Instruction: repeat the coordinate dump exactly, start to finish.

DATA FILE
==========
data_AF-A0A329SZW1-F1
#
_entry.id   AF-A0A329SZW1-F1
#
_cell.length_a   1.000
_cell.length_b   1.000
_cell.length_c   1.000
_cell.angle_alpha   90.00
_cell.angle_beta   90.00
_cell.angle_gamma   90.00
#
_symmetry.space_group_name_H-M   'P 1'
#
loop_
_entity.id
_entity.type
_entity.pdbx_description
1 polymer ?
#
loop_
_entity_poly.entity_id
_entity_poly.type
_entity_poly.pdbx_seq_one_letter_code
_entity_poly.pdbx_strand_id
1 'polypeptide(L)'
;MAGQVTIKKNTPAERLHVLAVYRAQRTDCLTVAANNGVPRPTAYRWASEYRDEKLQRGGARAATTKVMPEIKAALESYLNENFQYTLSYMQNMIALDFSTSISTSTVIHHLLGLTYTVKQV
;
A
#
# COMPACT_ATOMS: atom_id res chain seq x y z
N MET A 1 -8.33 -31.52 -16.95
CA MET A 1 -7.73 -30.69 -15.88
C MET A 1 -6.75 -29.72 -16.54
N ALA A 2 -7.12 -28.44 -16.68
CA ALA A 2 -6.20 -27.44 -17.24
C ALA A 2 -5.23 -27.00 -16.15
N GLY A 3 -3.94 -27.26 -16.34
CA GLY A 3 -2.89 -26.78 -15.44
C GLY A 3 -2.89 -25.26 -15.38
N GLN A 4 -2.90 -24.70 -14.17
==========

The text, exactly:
data_AF-A0A329SZW1-F1
#
_entry.id   AF-A0A329SZW1-F1
#
_cell.length_a   1.000
_cell.length_b   1.000
_cell.length_c   1.000
_cell.angle_alpha   90.00
_cell.angle_beta   90.00
_cell.angle_gamma   90.00
#
_symmetry.space_group_name_H-M   'P 1'
#
loop_
_entity.id
_entity.type
_entity.pdbx_description
1 polymer ?
#
loop_
_entity_poly.entity_id
_entity_poly.type
_entity_poly.pdbx_seq_one_letter_code
_entity_poly.pdbx_strand_id
1 'polypeptide(L)'
;MAGQVTIKKNTPAERLHVLAVYRAQRTDCLTVAANNGVPRPTAYRWASEYRDEKLQRGGARAATTKVMPEIKAALESYLNENFQYTLSYMQNMIALDFSTSISTSTVIHHLLGLTYTVKQV
;
A
#
# COMPACT_ATOMS: atom_id res chain seq x y z
N MET A 1 -8.33 -31.52 -16.95
CA MET A 1 -7.73 -30.69 -15.88
C MET A 1 -6.75 -29.72 -16.54
N ALA A 2 -7.12 -28.44 -16.68
CA ALA A 2 -6.20 -27.44 -17.24
C ALA A 2 -5.23 -27.00 -16.15
N GLY A 3 -3.94 -27.26 -16.34
CA GLY A 3 -2.89 -26.78 -15.44
C GLY A 3 -2.89 -25.26 -15.38
N GLN A 4 -2.90 -24.70 -14.17